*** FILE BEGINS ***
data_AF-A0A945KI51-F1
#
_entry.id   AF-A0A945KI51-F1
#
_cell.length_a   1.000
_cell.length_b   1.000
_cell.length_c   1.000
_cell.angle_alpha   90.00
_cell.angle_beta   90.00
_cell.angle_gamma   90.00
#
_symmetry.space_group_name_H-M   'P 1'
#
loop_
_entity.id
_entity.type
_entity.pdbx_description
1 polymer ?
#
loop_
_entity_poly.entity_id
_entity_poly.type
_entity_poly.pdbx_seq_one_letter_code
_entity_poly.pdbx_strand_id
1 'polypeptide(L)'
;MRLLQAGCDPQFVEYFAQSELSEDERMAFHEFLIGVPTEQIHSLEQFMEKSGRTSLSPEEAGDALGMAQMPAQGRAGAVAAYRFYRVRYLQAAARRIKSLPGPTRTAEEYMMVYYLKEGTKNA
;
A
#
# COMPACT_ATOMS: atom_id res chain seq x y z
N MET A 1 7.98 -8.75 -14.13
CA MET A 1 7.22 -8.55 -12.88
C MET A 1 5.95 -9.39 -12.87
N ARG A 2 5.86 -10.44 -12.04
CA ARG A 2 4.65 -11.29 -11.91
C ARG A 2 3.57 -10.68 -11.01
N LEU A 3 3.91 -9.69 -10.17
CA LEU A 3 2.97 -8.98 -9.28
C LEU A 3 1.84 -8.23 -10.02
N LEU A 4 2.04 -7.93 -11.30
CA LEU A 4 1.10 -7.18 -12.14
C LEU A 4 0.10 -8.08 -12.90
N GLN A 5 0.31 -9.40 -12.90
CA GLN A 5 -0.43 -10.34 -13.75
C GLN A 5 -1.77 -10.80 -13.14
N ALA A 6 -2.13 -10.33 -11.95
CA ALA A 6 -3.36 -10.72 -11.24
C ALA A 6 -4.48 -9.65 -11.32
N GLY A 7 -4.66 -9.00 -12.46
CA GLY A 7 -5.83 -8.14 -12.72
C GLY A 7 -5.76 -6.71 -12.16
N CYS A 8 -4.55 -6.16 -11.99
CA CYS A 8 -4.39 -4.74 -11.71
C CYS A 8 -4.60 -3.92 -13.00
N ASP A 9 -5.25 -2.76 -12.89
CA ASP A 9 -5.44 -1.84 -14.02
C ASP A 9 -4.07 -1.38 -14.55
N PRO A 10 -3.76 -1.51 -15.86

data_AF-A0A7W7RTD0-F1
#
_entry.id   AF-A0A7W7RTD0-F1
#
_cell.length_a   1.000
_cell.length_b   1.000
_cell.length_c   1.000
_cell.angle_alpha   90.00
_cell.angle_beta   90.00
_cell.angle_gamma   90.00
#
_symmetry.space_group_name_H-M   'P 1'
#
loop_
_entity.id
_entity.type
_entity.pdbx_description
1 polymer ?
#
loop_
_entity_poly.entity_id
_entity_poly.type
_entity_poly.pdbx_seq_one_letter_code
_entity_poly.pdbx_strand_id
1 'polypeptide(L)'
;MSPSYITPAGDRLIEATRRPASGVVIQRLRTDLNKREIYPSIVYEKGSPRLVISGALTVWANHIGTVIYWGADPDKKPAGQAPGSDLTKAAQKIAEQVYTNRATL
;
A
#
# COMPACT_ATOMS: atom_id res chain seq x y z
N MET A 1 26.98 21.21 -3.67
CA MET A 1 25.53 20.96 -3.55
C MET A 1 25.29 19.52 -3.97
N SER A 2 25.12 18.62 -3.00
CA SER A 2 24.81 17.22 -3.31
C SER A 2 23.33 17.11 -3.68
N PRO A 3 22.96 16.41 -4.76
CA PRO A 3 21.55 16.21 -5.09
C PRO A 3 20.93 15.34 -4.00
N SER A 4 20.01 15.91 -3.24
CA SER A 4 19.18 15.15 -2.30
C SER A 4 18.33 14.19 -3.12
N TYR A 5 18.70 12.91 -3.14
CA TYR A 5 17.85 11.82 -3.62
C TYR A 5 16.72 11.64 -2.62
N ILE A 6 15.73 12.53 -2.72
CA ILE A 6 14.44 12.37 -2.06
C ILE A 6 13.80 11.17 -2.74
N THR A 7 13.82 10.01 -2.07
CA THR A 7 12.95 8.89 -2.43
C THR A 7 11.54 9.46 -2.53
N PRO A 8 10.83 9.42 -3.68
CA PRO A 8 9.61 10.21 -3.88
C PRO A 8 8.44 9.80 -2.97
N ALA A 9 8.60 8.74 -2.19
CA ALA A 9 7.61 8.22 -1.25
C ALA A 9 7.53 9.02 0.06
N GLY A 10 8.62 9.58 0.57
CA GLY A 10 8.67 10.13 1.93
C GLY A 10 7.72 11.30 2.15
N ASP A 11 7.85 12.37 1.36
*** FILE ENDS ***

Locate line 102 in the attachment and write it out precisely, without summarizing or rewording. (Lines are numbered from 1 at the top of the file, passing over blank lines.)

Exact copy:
CA TYR A 5 17.85 11.82 -3.62